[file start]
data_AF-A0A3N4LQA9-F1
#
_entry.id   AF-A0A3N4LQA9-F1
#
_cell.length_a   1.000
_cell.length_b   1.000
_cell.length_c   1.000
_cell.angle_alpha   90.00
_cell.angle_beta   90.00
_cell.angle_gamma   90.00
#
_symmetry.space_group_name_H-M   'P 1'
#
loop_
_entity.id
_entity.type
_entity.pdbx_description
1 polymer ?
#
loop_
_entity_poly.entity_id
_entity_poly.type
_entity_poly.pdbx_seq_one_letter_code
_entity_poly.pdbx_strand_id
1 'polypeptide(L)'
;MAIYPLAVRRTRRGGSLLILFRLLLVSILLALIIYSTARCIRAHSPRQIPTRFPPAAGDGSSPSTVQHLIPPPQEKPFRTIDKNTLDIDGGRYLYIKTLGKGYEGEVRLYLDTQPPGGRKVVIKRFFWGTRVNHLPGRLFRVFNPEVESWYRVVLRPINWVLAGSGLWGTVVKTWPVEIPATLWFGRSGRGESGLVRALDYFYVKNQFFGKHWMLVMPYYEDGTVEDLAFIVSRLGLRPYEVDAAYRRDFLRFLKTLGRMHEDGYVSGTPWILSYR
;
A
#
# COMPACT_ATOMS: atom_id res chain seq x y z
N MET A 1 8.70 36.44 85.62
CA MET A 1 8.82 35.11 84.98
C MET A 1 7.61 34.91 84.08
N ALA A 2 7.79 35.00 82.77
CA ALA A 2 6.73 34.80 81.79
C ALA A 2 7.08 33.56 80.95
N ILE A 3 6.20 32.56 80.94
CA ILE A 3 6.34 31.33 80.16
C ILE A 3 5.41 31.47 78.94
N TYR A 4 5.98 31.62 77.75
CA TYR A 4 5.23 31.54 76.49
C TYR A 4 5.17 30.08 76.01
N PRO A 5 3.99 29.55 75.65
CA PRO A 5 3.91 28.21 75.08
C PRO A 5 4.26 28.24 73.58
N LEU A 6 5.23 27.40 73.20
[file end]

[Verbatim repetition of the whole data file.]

data_AF-A0A3N4LQA9-F1
#
_entry.id   AF-A0A3N4LQA9-F1
#
_cell.length_a   1.000
_cell.length_b   1.000
_cell.length_c   1.000
_cell.angle_alpha   90.00
_cell.angle_beta   90.00
_cell.angle_gamma   90.00
#
_symmetry.space_group_name_H-M   'P 1'
#
loop_
_entity.id
_entity.type
_entity.pdbx_description
1 polymer ?
#
loop_
_entity_poly.entity_id
_entity_poly.type
_entity_poly.pdbx_seq_one_letter_code
_entity_poly.pdbx_strand_id
1 'polypeptide(L)'
;MAIYPLAVRRTRRGGSLLILFRLLLVSILLALIIYSTARCIRAHSPRQIPTRFPPAAGDGSSPSTVQHLIPPPQEKPFRTIDKNTLDIDGGRYLYIKTLGKGYEGEVRLYLDTQPPGGRKVVIKRFFWGTRVNHLPGRLFRVFNPEVESWYRVVLRPINWVLAGSGLWGTVVKTWPVEIPATLWFGRSGRGESGLVRALDYFYVKNQFFGKHWMLVMPYYEDGTVEDLAFIVSRLGLRPYEVDAAYRRDFLRFLKTLGRMHEDGYVSGTPWILSYR
;
A
#
# COMPACT_ATOMS: atom_id res chain seq x y z
N MET A 1 8.70 36.44 85.62
CA MET A 1 8.82 35.11 84.98
C MET A 1 7.61 34.91 84.08
N ALA A 2 7.79 35.00 82.77
CA ALA A 2 6.73 34.80 81.79
C ALA A 2 7.08 33.56 80.95
N ILE A 3 6.20 32.56 80.94
CA ILE A 3 6.34 31.33 80.16
C ILE A 3 5.41 31.47 78.94
N TYR A 4 5.98 31.62 77.75
CA TYR A 4 5.23 31.54 76.49
C TYR A 4 5.17 30.08 76.01
N PRO A 5 3.99 29.55 75.65
CA PRO A 5 3.91 28.21 75.08
C PRO A 5 4.26 28.24 73.58
N LEU A 6 5.23 27.40 73.20